Tuesday, May 11, 2010


Yesterday, I reached my goal of hiking 1,000 miles before embarking upon my coast-to-coast trek across England in June.  "An accomplishment," some have already said, but that's not how I really feel about the experience.  I simply feel blessed -- and grateful, of course, that I have have been given an opportunity to spend  a little time dancing with the natural rhythms of the universe, if only for a brief interlude.  Every step was a step of joy, an opportunity to see something new and exciting, a chance to listen to my life and get some sense of my place in the larger scheme of things.

In the region of the south where I spent my youth, shop owners would sometimes offer customers lagniappe after a purchase.  Lagniappe, as I learned from my parents at an early age, is an unearned or undeserved gift that is offered as a kind of bonus or goodwill measure.  Nature, I find, offers lagniappe to walkers.  We go out looking for one thing and we return having received so much more.  As Rebecca Solnit has written in Wanderlust, her fabulous book on the history of walking:
The random, the unscreened, allows you to find what you don't know you are looking for, and you don't know a place until it surprises you.  Walking is one way of maintaining a bulwark against this erosion of the mind, the body, the landscape, and the city, and every walker is a guard on patrol to protect the ineffable.
Walking offers myriad benefits and pleasures, including health, clear thinking, creativity, and spiritual renewal. I am tempted, of course, to write about each of these benefits.  For the moment, however, I simply invite my readers to enjoy what others have said about the joys of walking.

Walking and health --

     Walking is man's best medicine.


     A vigorous five-mile walk will do more good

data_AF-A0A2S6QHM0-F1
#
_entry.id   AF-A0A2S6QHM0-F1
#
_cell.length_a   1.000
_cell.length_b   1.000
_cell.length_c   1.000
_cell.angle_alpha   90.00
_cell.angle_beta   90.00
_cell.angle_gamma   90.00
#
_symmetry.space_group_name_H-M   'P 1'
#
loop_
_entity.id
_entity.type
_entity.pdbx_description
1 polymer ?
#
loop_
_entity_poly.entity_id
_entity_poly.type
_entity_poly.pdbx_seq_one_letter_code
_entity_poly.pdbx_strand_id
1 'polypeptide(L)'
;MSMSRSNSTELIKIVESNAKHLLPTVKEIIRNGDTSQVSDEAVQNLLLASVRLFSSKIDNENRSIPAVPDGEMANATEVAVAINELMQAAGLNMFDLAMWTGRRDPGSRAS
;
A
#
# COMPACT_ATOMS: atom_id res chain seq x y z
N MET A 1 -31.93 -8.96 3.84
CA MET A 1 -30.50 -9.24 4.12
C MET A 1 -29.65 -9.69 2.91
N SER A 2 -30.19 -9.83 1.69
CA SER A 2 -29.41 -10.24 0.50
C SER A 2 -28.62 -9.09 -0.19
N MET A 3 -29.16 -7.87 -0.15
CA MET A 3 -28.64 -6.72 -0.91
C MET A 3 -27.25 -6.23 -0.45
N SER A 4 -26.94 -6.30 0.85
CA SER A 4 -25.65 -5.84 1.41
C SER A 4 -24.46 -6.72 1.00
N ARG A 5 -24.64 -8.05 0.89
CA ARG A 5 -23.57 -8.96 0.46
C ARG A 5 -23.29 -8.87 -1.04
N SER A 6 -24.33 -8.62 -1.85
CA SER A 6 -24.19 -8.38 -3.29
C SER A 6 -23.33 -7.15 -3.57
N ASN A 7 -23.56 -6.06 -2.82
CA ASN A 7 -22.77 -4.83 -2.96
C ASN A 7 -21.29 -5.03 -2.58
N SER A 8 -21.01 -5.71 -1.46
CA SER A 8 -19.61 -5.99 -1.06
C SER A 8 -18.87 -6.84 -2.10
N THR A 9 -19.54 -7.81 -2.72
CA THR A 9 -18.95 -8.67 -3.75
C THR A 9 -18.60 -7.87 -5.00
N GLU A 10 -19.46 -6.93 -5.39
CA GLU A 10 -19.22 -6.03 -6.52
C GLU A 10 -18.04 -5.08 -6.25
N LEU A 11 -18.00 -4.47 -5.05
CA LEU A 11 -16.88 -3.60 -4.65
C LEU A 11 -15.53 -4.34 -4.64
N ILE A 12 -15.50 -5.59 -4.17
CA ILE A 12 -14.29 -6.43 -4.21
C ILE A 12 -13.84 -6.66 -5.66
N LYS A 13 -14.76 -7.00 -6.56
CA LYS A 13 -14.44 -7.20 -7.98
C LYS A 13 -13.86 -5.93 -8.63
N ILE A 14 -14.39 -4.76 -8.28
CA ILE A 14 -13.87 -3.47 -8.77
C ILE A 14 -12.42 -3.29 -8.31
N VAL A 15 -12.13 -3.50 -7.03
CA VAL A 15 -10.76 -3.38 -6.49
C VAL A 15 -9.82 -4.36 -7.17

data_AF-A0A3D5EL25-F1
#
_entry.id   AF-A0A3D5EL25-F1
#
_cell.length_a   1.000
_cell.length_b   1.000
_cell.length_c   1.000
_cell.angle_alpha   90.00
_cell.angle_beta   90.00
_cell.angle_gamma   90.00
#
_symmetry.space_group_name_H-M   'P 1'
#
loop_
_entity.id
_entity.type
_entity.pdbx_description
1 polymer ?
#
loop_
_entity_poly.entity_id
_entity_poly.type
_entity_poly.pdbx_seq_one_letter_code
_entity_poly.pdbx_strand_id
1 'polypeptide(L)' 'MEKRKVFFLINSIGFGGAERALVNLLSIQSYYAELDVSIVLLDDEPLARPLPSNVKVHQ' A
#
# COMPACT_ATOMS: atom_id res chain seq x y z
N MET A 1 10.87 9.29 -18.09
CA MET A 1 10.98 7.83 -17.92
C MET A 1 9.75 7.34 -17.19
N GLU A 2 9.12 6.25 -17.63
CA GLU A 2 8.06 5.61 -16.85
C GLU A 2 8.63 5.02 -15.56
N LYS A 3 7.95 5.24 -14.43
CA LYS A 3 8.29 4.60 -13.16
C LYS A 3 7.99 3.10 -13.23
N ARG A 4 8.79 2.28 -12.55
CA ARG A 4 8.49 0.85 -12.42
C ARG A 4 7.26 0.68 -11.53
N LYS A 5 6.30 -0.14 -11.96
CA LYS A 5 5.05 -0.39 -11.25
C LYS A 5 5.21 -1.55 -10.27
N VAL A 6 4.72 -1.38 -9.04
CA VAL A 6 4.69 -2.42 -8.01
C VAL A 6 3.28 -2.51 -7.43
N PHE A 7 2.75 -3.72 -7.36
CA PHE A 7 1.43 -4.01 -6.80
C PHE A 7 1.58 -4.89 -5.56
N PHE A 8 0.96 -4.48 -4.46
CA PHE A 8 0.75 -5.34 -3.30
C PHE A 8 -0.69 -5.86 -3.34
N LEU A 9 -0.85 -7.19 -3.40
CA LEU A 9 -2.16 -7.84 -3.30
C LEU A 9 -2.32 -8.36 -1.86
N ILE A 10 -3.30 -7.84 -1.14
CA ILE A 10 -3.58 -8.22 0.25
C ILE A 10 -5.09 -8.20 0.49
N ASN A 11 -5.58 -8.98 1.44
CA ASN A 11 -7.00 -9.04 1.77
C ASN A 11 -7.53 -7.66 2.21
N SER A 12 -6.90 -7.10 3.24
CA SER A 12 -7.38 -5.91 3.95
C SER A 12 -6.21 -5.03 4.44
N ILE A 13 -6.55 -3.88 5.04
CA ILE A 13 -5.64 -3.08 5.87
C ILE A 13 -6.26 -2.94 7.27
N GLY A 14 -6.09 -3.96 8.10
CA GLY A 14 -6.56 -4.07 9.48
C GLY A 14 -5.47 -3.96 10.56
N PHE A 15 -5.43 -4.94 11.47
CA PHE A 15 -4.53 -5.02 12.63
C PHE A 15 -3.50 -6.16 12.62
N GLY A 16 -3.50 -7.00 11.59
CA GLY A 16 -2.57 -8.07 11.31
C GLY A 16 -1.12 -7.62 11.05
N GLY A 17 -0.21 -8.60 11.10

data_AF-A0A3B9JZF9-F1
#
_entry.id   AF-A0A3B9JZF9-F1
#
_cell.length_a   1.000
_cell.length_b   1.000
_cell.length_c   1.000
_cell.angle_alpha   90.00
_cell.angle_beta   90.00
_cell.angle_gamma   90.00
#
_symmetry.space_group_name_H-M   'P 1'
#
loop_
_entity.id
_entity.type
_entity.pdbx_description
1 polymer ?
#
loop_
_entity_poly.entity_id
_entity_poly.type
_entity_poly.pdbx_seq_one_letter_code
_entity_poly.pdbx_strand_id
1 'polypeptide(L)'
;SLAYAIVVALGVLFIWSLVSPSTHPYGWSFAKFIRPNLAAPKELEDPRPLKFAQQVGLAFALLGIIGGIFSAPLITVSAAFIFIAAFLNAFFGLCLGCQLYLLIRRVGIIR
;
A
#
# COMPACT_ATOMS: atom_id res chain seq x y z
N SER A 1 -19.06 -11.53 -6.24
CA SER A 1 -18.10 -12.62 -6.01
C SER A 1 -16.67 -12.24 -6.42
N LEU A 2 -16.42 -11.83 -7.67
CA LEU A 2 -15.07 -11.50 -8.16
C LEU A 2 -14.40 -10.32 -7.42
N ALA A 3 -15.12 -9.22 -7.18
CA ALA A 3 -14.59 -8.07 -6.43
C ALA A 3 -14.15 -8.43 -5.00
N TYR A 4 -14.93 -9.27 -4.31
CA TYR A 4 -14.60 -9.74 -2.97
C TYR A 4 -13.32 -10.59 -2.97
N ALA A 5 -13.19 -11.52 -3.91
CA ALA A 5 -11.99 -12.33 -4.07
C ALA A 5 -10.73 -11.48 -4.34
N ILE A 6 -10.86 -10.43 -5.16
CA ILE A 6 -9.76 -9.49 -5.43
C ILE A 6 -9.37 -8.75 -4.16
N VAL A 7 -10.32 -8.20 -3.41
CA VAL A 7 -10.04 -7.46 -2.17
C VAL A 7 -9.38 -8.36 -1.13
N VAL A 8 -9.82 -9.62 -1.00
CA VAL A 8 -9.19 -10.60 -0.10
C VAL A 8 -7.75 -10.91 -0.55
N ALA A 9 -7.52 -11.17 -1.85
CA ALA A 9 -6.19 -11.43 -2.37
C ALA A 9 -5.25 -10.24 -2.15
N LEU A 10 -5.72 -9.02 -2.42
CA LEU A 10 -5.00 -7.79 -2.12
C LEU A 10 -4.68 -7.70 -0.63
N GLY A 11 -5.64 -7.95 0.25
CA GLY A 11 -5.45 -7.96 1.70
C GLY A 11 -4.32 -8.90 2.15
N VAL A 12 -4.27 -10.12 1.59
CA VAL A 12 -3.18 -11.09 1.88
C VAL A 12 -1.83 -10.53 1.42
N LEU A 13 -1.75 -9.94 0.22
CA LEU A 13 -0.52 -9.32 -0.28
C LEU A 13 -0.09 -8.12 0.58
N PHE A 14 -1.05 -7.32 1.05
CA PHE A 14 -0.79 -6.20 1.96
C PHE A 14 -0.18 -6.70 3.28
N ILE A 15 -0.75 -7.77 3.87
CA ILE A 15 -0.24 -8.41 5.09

for an unhappy but otherwise healthy adult than
     all the medicine and psychology in the world.

     Paul Dudley White
     Renowned Cardiologist

     Above all, do not lose your desire to walk.
     Every day I walk myself into a state of well-being
     and walk away from illness.

     Soren Kierkegaard

     When you have worn out your shoes,
     the strength of the shoe leather has passed
     into the fiber of your body.  I measure your health
     by the number of shoes and hats and clothes you
     have worn out.

     Ralph Waldo Emerson

Walking and thought --

     All truly great thoughts are conceived by walking.

     Frederick Nietzsche

     I can only meditate when I am walking.  When I
     stop, I cease to think; my mind works only with
     my legs.

     Jean Jacques Rousseau

Walking and creativity --

     If you are seeking creative ideas, go out walking.
    Angels whisper to a man when he goes for a walk.

     Raymond Inmon

     Nothing like a nighttime stroll to give you ideas.

     J.K. Rowling

Walking and spiritual matters --

     My father considered a walk among the mountains
     as the equivalent of churchgoing.

     Aldous Huxley

     My God is the God of Walkers.  If you walk
     hard enough, you probably don't need any
     other god.

     Bruce Chatwin

Walking and truth --

     Perhaps the truth depends on a walk
     around the lake.

     Wallace Stevens, "It Must be Abstract"

     If you look for the truth outside yourself,
     It gets farther and farther away.
     Today walking alone, I meet it everywhere I step.
     It is the same as me, yet I am not it.
     Only if you understand it in this way
     Will you merge with the way things are.


Walking and final notes --

     I was the world in which I walked, and what I saw
     Or heard or felt came not but from myself;
     And there I found myself more truly and
     more strange.

     Wallace Stevens, "Tea at the Palaz of Hoon"

     The sum of the whole is this: walk and be happy;
     walk and be healthy.  The best way to lengthen out
     our days is to walk steadily and with a purpose.

     Charles Dickens


  1. So enchanting to find your blog, George.. I like what I see here... So much to learn and enjoy..
    ...your paintings are wonderful!!!

    Thank you for visiting.Cheers!

  2. Thanks for the kind comments, Gwen, and thanks for visiting my site. Rest assured that I am looking forward to returning to the postings on your site. You live an amazingly creative life in a beautiful place. It's all very inspirational.